Frank J. Barrett: The Social Construction of Organizing

Living reference work entry


The landscape of the organizational change literature provides a rich and diverse terrain of ideas, theories, and models for both researchers and practitioners. When embarking on this journey, one would benefit from the contributions of the seminal thinkers in the organizational change field. In this chapter, readers are introduced to Frank J. Barrett, professor of management and global policy at the Naval Postgraduate School in Monetary, CA. Barrett’s work provides an interesting and somewhat different approach to organizational change, which has been influenced by his early experiences in literature and jazz improvisation. Central to Barrett’s contributions is the social construction of organizing and change. Barrett has argued that our understanding of change can be deepened through a social constructionist approach that places discourse and meaning-making as central to the process of change. In making this argument, Barrett challenges the dominant model of change as a rational process. Much of Barrett’s contributions are also embedded in the idea that the shift from and industrial society to a postindustrial society has pressured organizations to find new ways to conceptualize and practice change. Barrett has used the metaphor of jazz improvisation as a way to engage in concepts, models, and practice of change. Readers will benefit from Barrett’s work, not only for an alternative view of organizational change, but as a way to deepen their understanding and creative capacity for organizing and change.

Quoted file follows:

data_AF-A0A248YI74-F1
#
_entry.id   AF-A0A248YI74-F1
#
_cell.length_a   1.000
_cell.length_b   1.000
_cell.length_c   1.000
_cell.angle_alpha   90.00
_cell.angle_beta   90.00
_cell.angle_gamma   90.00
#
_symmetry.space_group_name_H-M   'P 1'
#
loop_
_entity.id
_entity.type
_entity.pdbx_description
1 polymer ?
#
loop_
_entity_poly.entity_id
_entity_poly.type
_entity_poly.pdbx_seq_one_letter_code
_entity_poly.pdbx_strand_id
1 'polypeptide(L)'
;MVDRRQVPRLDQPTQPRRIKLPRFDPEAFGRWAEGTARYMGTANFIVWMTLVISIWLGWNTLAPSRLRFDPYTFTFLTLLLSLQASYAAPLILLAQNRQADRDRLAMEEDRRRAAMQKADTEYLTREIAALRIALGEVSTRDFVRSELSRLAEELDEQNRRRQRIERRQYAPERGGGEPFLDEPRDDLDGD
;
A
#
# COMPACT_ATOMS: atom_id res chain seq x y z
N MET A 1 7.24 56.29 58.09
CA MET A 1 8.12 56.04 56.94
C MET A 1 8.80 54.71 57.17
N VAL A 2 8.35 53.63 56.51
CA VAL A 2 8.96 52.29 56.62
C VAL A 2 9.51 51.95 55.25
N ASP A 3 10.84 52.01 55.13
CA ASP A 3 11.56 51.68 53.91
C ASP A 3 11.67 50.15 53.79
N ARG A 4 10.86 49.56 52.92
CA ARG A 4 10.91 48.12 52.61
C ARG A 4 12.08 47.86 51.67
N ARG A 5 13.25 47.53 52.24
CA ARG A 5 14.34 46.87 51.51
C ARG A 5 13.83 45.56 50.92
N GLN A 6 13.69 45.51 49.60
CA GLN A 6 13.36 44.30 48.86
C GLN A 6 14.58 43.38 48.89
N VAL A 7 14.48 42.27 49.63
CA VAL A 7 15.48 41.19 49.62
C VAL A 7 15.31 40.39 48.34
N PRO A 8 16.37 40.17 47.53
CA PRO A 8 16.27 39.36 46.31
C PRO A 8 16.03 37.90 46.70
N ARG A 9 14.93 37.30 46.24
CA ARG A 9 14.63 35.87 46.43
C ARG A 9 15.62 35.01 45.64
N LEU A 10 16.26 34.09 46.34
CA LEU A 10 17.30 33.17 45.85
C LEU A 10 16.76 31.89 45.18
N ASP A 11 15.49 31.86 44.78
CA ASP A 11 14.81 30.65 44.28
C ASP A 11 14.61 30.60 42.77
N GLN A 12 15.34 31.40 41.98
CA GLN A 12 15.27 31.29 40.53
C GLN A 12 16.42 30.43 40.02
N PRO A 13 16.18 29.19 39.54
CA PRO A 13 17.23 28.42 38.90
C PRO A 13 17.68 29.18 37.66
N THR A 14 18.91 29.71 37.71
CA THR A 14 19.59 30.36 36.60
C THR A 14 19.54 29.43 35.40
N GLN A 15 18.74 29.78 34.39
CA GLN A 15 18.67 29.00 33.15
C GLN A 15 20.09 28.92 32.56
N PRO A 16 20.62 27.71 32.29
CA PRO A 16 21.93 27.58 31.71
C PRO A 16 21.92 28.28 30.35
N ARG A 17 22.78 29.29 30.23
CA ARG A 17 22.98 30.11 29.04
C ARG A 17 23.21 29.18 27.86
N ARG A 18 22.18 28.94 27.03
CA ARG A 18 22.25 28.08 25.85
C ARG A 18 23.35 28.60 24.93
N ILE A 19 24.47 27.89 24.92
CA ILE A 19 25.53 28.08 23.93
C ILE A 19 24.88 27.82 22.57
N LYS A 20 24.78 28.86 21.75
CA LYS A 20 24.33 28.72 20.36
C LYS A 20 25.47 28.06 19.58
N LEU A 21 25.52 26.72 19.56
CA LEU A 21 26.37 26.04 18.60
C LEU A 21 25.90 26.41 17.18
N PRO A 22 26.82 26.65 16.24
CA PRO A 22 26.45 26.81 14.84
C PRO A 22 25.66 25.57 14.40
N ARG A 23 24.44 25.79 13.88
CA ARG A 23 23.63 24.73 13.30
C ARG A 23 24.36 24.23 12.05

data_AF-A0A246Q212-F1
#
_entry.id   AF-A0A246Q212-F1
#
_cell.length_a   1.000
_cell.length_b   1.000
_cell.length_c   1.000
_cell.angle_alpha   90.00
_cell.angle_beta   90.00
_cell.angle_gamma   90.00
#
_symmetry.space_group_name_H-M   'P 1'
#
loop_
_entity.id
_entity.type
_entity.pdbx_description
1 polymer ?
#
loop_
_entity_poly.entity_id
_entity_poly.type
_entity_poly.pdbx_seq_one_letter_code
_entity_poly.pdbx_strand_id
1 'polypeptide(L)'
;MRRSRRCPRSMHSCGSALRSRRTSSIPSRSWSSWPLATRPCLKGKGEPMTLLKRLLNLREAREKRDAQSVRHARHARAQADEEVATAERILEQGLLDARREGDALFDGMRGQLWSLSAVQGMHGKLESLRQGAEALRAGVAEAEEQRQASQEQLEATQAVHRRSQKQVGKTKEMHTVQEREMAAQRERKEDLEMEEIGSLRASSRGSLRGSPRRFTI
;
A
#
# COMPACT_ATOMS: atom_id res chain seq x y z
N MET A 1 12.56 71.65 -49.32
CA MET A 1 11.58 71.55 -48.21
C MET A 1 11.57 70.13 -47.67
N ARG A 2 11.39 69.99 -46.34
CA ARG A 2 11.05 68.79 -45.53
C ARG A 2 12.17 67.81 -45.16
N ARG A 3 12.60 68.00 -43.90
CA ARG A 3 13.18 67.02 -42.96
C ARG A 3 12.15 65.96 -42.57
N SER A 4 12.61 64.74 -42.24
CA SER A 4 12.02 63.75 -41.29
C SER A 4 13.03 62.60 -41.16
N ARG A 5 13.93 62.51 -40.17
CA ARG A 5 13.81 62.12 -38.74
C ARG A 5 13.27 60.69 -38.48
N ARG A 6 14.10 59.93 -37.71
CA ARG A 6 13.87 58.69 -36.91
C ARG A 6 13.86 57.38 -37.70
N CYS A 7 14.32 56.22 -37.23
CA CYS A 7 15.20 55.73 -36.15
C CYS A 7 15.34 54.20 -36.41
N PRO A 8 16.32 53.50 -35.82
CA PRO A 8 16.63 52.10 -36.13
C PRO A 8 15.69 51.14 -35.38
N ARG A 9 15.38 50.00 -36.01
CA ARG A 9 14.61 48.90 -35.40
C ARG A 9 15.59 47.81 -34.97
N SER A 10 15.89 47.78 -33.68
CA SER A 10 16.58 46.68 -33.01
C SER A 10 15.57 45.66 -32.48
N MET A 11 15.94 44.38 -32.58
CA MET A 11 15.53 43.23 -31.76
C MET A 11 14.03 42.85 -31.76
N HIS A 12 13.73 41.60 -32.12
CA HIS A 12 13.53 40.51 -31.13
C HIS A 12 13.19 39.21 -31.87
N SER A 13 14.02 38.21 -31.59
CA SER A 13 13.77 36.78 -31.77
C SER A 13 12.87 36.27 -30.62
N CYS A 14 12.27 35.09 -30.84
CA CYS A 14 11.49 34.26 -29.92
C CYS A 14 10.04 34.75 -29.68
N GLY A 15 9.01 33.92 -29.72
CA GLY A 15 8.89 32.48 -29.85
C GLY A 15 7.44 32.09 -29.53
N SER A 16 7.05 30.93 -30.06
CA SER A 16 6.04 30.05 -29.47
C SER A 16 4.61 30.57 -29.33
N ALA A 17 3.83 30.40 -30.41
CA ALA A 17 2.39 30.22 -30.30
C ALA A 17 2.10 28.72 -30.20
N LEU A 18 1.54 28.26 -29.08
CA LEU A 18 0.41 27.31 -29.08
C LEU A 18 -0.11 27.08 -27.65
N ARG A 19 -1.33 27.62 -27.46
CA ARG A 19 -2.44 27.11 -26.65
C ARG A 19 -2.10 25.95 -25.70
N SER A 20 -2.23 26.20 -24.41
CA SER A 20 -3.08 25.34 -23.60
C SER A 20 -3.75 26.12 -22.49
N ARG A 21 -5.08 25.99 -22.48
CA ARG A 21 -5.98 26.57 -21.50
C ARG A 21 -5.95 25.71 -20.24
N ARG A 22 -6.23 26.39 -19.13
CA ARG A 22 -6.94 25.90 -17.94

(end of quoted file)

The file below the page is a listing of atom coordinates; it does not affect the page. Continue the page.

Organizational change Frank J. Barrett Social construction Discourse Improvisation 


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Further Reading

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Copyright information

© The Author(s) 2017

Authors and Affiliations

  1. 1.Assumption CollegeWorcesterUSA

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